business news in context, analysis with attitude, the loyalty marketing research and education company, is out with a new study saying that “when asked if it pays to be loyal to a favorite brand, only 12% of U.S. consumers strongly agree and only 17% say loyalty programs are a ‘very influential’ factor in determining a purchase.”

Indeed, the study shows that “while consumer participation in loyalty programs is up, the type of engagement that forges long-term brand commitment is down, a victim of the rapidly disappearing unique customer experience. The number of Americans participating in at least one loyalty program grew from 68% in 2009 to 74% in 2011. For Seniors (60 and over), the jump was from 61% to 81% for the same period.”

In addition, says, “just 31% of U.S. consumers find reward program communications extremely relevant.”
KC's View:
Somehow, I’m not surprised by any of this.

It has been argued here for years that many so-called “loyalty programs” are nothing of the kind - that they largely exist as a way of funneling coupons to shoppers, as somewhat more sophisticated discount programs that have very little to do with creating or demonstrating loyalty.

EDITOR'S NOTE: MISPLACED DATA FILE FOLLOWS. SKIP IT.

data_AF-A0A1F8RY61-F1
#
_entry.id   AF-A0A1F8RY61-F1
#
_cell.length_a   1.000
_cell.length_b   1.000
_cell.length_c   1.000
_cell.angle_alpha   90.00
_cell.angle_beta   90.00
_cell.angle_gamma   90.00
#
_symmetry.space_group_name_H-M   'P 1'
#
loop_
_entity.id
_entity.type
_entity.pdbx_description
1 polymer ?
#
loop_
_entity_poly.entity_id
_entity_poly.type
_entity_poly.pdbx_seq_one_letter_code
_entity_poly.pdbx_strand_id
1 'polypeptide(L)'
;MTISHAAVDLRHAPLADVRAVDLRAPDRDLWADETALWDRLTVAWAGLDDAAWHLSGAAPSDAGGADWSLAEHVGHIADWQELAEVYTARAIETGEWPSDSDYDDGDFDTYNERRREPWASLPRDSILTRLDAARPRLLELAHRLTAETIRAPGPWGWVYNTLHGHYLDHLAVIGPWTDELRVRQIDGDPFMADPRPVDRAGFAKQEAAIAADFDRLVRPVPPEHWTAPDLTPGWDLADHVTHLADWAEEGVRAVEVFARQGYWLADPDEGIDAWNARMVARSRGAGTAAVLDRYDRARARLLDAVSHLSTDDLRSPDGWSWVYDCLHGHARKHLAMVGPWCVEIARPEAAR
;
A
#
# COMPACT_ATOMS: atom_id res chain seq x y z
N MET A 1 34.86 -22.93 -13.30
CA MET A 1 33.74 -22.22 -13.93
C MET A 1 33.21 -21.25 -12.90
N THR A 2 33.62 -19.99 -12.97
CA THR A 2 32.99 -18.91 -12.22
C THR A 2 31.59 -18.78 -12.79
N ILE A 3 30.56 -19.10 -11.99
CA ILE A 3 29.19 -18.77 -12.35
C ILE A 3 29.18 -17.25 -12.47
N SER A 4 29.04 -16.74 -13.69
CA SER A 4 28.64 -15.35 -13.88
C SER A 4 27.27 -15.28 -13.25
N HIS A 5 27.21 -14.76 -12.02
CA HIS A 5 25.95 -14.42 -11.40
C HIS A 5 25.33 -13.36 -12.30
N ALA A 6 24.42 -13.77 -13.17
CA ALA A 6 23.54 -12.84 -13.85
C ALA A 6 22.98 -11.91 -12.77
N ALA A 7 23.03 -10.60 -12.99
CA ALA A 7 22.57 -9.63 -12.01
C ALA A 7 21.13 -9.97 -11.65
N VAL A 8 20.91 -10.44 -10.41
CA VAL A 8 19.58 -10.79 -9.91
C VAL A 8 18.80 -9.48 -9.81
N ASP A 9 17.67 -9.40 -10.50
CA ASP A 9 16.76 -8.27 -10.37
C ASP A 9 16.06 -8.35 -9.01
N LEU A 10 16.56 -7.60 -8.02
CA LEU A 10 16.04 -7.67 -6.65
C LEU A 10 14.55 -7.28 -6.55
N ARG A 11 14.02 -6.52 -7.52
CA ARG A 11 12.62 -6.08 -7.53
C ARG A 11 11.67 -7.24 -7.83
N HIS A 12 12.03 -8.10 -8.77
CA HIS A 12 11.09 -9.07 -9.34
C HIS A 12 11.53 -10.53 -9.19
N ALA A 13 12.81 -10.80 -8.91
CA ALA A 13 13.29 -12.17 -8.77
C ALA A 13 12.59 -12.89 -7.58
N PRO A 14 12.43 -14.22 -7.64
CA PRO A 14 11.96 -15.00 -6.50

In the report, COLLOQUY says “loyalty programs have fallen into a trap of copying one another with discount and cash-back rewards that increasingly look alike to consumers. The research conclusion: Something new is needed, otherwise brand owners must incur not only the margin losses but also the cost to re-engage their customers.”

They’re playing my song.

If you are operating a loyalty program, and you see that many of your customers have a key ring full of cards from your competition, the message should be clear. It ain’t working.

First of all, retailers need to be finding ways to demonstrate their loyalty to their best shoppers, not trying to buy loyalty with price cuts.

Retailers need to be seriously segregating their best shoppers for their least dedicated shoppers, their cherry buyers from their cherry pickers.

Otherwise they’re just kidding themselves.